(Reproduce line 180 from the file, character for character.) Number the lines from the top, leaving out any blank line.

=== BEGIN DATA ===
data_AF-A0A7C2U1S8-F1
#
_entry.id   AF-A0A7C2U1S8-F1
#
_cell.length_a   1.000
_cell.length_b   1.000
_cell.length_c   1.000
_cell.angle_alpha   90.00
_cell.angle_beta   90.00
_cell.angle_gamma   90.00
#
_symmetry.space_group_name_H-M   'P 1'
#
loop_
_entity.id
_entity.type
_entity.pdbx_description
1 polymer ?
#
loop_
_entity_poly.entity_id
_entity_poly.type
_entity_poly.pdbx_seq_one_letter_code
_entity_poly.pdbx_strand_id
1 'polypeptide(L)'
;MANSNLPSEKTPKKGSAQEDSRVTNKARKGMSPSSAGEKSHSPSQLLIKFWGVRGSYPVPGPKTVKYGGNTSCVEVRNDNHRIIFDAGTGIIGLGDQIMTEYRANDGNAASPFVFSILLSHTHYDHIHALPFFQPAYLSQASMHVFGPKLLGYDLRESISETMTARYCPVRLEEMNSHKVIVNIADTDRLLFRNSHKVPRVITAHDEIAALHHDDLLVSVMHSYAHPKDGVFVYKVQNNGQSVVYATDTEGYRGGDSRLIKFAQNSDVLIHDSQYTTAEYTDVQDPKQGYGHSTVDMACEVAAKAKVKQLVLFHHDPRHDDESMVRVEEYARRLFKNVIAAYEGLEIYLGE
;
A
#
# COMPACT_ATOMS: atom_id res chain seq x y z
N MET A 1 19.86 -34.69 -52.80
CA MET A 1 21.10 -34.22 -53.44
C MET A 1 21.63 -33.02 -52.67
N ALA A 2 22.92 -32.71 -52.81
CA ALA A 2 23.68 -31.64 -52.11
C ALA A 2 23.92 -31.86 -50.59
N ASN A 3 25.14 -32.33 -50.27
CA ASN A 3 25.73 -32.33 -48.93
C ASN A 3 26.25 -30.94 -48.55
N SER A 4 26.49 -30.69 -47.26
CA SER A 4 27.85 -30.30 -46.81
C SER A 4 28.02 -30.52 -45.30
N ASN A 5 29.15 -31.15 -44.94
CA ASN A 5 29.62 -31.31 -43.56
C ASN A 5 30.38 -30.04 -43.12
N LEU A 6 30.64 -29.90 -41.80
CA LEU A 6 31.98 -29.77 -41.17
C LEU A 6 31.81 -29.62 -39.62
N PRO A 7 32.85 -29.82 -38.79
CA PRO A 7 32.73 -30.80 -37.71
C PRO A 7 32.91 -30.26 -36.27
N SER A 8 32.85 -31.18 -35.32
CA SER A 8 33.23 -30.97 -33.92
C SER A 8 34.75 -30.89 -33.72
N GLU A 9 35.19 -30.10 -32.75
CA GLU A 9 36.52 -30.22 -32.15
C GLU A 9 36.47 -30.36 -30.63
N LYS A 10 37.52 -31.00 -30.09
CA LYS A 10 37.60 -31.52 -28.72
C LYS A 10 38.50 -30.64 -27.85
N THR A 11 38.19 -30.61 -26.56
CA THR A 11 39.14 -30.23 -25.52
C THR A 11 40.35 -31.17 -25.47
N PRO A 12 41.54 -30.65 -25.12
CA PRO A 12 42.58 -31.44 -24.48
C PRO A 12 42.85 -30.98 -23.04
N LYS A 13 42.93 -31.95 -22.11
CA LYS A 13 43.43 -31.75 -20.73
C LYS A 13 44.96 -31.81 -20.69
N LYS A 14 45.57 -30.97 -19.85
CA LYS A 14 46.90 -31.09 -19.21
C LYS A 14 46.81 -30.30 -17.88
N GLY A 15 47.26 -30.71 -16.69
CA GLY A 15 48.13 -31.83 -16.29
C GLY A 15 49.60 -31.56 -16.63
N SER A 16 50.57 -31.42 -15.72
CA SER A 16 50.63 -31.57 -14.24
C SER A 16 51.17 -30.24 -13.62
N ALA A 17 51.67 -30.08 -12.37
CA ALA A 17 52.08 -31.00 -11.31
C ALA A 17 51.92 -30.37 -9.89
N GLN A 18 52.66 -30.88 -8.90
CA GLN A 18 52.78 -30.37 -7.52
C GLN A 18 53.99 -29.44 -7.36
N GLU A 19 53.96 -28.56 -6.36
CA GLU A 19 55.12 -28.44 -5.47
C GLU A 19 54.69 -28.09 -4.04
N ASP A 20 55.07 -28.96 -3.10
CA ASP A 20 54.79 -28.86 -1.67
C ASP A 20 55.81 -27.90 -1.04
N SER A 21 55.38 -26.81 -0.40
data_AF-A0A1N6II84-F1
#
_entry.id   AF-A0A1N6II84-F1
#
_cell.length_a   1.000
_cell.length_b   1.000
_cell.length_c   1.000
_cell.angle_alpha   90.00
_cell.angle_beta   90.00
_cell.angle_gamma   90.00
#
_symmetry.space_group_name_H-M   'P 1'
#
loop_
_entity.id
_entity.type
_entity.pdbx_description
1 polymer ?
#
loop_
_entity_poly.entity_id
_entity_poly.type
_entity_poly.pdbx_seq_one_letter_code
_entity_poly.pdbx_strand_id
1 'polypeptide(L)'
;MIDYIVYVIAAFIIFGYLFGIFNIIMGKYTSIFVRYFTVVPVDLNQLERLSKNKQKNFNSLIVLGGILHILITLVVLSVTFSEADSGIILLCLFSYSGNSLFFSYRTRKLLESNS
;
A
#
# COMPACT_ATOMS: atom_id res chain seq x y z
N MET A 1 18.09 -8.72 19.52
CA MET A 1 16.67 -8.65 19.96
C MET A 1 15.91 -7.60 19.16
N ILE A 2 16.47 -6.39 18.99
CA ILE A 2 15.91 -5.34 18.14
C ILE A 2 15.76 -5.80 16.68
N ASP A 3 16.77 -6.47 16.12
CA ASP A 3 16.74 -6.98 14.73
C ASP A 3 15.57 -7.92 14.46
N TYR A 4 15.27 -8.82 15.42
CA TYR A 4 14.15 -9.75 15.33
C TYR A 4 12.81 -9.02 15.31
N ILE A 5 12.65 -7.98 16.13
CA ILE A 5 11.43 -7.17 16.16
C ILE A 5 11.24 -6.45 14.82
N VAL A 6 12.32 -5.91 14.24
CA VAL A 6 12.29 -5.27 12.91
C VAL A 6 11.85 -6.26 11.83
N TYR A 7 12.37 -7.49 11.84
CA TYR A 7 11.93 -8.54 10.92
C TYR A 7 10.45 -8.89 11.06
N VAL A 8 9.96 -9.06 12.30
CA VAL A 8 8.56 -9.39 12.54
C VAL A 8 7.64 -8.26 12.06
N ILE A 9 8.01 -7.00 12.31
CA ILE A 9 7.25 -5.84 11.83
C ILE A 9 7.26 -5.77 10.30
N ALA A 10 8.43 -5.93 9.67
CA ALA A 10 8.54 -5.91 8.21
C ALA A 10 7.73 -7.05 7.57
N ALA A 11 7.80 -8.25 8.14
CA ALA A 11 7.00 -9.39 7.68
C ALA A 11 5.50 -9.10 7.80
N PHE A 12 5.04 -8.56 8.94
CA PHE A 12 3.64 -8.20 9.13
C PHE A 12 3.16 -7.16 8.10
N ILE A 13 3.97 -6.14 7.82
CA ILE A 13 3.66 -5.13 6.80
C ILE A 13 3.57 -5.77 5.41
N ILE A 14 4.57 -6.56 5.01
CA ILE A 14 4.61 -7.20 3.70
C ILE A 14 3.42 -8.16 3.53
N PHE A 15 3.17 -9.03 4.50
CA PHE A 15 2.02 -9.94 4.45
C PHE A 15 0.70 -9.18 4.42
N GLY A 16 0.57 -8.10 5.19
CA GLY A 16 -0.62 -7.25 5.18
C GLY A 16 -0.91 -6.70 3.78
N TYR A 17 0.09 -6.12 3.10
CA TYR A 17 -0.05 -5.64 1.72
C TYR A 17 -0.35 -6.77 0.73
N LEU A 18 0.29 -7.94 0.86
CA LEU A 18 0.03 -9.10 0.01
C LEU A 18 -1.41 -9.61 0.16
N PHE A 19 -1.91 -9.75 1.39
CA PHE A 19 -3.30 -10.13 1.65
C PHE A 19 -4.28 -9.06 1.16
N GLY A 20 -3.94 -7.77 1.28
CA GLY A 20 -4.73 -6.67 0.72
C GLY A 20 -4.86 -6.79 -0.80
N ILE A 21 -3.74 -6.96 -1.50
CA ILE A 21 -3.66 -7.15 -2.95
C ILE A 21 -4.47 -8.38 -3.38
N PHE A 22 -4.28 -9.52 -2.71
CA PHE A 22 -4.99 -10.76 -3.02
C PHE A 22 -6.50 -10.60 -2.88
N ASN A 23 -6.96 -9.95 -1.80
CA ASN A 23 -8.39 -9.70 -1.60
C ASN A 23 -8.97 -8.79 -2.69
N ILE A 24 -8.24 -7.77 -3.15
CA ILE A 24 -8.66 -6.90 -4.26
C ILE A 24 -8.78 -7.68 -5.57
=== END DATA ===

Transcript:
CA GLY A 20 -4.73 -6.67 0.72